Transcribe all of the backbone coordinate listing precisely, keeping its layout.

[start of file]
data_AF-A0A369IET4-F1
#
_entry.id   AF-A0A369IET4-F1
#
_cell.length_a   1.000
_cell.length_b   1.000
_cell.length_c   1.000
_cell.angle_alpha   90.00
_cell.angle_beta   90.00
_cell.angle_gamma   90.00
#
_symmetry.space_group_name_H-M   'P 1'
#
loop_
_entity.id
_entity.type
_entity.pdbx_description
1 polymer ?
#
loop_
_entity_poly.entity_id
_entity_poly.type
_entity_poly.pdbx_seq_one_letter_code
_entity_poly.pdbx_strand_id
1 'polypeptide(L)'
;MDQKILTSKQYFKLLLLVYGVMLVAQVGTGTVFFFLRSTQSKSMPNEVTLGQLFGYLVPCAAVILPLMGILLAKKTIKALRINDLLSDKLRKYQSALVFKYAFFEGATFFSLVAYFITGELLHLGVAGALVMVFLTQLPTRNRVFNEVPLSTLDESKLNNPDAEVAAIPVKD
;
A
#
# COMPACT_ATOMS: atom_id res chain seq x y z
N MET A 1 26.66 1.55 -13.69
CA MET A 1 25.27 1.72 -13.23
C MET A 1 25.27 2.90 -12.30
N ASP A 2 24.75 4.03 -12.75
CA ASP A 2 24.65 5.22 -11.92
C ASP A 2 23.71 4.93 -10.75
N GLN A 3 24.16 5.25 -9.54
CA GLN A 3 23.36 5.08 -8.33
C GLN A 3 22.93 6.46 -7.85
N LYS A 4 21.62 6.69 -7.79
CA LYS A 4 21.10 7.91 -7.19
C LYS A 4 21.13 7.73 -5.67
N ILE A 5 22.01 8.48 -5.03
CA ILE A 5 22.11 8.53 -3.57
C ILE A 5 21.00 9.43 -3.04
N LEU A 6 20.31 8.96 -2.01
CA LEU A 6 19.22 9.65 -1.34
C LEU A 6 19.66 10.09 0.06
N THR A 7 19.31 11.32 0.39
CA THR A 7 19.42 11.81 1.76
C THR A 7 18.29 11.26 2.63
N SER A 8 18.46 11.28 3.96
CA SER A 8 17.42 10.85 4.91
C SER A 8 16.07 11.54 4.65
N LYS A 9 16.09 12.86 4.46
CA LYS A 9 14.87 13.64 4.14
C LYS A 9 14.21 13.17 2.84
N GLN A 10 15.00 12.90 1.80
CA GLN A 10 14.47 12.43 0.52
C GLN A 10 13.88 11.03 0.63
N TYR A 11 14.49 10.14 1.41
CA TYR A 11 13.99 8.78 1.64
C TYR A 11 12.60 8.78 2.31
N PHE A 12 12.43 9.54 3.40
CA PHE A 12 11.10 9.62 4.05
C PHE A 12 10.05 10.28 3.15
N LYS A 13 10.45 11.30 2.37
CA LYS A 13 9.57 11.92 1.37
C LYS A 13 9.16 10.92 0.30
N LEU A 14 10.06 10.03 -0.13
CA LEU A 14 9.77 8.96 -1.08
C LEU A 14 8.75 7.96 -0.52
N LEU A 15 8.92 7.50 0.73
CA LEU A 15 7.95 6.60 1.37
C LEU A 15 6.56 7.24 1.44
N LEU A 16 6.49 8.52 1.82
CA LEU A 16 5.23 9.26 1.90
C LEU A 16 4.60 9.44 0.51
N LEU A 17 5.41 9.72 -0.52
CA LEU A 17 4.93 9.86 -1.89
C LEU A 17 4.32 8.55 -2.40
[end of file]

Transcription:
data_AF-A0A369IET4-F1
#
_entry.id   AF-A0A369IET4-F1
#
_cell.length_a   1.000
_cell.length_b   1.000
_cell.length_c   1.000
_cell.angle_alpha   90.00
_cell.angle_beta   90.00
_cell.angle_gamma   90.00
#
_symmetry.space_group_name_H-M   'P 1'
#
loop_
_entity.id
_entity.type
_entity.pdbx_description
1 polymer ?
#
loop_
_entity_poly.entity_id
_entity_poly.type
_entity_poly.pdbx_seq_one_letter_code
_entity_poly.pdbx_strand_id
1 'polypeptide(L)'
;MDQKILTSKQYFKLLLLVYGVMLVAQVGTGTVFFFLRSTQSKSMPNEVTLGQLFGYLVPCAAVILPLMGILLAKKTIKALRINDLLSDKLRKYQSALVFKYAFFEGATFFSLVAYFITGELLHLGVAGALVMVFLTQLPTRNRVFNEVPLSTLDESKLNNPDAEVAAIPVKD
;
A
#
# COMPACT_ATOMS: atom_id res chain seq x y z
N MET A 1 26.66 1.55 -13.69
CA MET A 1 25.27 1.72 -13.23
C MET A 1 25.27 2.90 -12.30
N ASP A 2 24.75 4.03 -12.75
CA ASP A 2 24.65 5.22 -11.92
C ASP A 2 23.71 4.93 -10.75
N GLN A 3 24.16 5.25 -9.54
CA GLN A 3 23.36 5.08 -8.33
C GLN A 3 22.93 6.46 -7.85
N LYS A 4 21.62 6.69 -7.79
CA LYS A 4 21.10 7.91 -7.19
C LYS A 4 21.13 7.73 -5.67
N ILE A 5 22.01 8.48 -5.03
CA ILE A 5 22.11 8.53 -3.57
C ILE A 5 21.00 9.43 -3.04
N LEU A 6 20.31 8.96 -2.01
CA LEU A 6 19.22 9.65 -1.34
C LEU A 6 19.66 10.09 0.06
N THR A 7 19.31 11.32 0.39
CA THR A 7 19.42 11.81 1.76
C THR A 7 18.29 11.26 2.63
N SER A 8 18.46 11.28 3.96
CA SER A 8 17.42 10.85 4.91
C SER A 8 16.07 11.54 4.65
N LYS A 9 16.09 12.86 4.46
CA LYS A 9 14.87 13.64 4.14
C LYS A 9 14.21 13.17 2.84
N GLN A 10 15.00 12.90 1.80
CA GLN A 10 14.47 12.43 0.52
C GLN A 10 13.88 11.03 0.63
N TYR A 11 14.49 10.14 1.41
CA TYR A 11 13.99 8.78 1.64
C TYR A 11 12.60 8.78 2.31
N PHE A 12 12.43 9.54 3.40
CA PHE A 12 11.10 9.62 4.05
C PHE A 12 10.05 10.28 3.15
N LYS A 13 10.45 11.30 2.37
CA LYS A 13 9.57 11.92 1.37
C LYS A 13 9.16 10.92 0.30
N LEU A 14 10.06 10.03 -0.13
CA LEU A 14 9.77 8.96 -1.08
C LEU A 14 8.75 7.96 -0.52
N LEU A 15 8.92 7.50 0.73
CA LEU A 15 7.95 6.60 1.37
C LEU A 15 6.56 7.24 1.44
N LEU A 16 6.49 8.52 1.82
CA LEU A 16 5.23 9.26 1.90
C LEU A 16 4.60 9.44 0.51
N LEU A 17 5.41 9.72 -0.52
CA LEU A 17 4.93 9.86 -1.89
C LEU A 17 4.32 8.55 -2.40